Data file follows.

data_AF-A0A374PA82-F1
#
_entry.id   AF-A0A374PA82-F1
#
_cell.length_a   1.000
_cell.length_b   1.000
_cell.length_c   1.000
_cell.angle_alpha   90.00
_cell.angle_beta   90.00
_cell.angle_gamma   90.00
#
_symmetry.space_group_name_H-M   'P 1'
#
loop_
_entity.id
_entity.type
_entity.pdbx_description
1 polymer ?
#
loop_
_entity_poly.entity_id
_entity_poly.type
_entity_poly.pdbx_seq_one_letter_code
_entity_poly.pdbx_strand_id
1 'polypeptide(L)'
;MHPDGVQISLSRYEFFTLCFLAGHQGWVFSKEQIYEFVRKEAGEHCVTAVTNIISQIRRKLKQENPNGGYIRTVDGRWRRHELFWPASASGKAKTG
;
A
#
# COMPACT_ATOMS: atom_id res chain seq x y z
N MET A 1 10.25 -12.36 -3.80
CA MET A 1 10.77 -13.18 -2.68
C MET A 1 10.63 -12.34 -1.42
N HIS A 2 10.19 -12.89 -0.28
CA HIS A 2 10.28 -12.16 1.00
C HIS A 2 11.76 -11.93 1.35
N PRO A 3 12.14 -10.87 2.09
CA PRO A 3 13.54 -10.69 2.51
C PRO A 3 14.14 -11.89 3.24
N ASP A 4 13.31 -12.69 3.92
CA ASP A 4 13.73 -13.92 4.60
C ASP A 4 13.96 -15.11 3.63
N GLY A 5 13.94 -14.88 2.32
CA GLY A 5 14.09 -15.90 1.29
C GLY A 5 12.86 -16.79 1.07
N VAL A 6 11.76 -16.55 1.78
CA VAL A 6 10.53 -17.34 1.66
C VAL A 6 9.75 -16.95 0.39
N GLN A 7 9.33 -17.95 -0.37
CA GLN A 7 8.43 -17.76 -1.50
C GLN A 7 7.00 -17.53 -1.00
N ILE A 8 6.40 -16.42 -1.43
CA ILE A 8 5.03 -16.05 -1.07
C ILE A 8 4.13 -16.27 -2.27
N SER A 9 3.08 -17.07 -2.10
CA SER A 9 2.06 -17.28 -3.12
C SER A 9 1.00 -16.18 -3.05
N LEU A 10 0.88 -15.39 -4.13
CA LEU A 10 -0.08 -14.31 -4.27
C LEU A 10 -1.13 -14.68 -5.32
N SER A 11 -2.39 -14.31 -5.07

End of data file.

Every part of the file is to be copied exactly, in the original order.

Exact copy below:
data_AF-A0A374PA82-F1
#
_entry.id   AF-A0A374PA82-F1
#
_cell.length_a   1.000
_cell.length_b   1.000
_cell.length_c   1.000
_cell.angle_alpha   90.00
_cell.angle_beta   90.00
_cell.angle_gamma   90.00
#
_symmetry.space_group_name_H-M   'P 1'
#
loop_
_entity.id
_entity.type
_entity.pdbx_description
1 polymer ?
#
loop_
_entity_poly.entity_id
_entity_poly.type
_entity_poly.pdbx_seq_one_letter_code
_entity_poly.pdbx_strand_id
1 'polypeptide(L)'
;MHPDGVQISLSRYEFFTLCFLAGHQGWVFSKEQIYEFVRKEAGEHCVTAVTNIISQIRRKLKQENPNGGYIRTVDGRWRRHELFWPASASGKAKTG
;
A
#
# COMPACT_ATOMS: atom_id res chain seq x y z
N MET A 1 10.25 -12.36 -3.80
CA MET A 1 10.77 -13.18 -2.68
C MET A 1 10.63 -12.34 -1.42
N HIS A 2 10.19 -12.89 -0.28
CA HIS A 2 10.28 -12.16 1.00
C HIS A 2 11.76 -11.93 1.35
N PRO A 3 12.14 -10.87 2.09
CA PRO A 3 13.54 -10.69 2.51
C PRO A 3 14.14 -11.89 3.24
N ASP A 4 13.31 -12.69 3.92
CA ASP A 4 13.73 -13.92 4.60
C ASP A 4 13.96 -15.11 3.63
N GLY A 5 13.94 -14.88 2.32
CA GLY A 5 14.09 -15.90 1.29
C GLY A 5 12.86 -16.79 1.07
N VAL A 6 11.76 -16.55 1.78
CA VAL A 6 10.53 -17.34 1.66
C VAL A 6 9.75 -16.95 0.39
N GLN A 7 9.33 -17.95 -0.37
CA GLN A 7 8.43 -17.76 -1.50
C GLN A 7 7.00 -17.53 -1.00
N ILE A 8 6.40 -16.42 -1.43
CA ILE A 8 5.03 -16.05 -1.07
C ILE A 8 4.13 -16.27 -2.27
N SER A 9 3.08 -17.07 -2.10
CA SER A 9 2.06 -17.28 -3.12
C SER A 9 1.00 -16.18 -3.05
N LEU A 10 0.88 -15.39 -4.13
CA LEU A 10 -0.08 -14.31 -4.27
C LEU A 10 -1.13 -14.68 -5.32
N SER A 11 -2.39 -14.31 -5.07